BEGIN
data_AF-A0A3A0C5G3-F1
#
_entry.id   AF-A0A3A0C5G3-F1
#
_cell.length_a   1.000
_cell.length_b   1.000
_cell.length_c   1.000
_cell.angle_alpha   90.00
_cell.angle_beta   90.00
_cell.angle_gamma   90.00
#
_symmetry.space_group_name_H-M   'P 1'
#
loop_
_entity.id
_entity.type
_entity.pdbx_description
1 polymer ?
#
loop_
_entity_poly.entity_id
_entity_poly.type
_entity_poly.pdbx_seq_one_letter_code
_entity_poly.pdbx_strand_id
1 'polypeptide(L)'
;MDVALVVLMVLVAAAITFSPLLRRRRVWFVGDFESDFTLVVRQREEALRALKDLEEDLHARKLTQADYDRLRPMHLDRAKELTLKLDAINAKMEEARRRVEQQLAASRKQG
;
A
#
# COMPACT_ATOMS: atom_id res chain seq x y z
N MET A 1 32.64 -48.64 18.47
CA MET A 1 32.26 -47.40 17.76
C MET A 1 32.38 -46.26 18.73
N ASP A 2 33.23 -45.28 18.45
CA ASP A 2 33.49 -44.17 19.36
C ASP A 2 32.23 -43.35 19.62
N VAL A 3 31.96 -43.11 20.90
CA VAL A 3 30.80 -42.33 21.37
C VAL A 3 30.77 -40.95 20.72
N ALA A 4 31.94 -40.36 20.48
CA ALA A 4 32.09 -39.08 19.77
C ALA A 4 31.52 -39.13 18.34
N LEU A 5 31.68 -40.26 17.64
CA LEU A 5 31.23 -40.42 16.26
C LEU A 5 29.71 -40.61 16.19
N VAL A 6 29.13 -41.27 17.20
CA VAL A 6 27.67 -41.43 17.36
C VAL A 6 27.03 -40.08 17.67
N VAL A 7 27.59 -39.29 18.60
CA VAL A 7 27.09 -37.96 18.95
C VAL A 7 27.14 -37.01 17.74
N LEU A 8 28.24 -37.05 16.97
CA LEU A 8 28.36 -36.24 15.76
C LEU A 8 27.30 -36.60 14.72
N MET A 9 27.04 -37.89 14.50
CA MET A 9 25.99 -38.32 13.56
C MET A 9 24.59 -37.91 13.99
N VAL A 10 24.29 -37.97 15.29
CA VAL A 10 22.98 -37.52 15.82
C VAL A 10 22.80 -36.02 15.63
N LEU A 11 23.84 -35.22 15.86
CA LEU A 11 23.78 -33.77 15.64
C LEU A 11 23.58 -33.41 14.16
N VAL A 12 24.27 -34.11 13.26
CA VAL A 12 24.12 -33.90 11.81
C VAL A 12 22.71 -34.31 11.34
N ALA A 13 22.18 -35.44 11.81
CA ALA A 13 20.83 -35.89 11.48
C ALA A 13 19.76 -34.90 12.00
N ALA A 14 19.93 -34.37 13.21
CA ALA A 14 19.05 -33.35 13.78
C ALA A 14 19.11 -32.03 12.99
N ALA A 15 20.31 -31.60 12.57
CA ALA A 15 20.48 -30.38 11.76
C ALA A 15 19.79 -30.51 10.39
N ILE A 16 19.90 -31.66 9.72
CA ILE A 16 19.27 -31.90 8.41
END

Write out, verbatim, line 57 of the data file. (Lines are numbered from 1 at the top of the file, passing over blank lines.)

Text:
C MET A 9 24.59 -37.91 13.99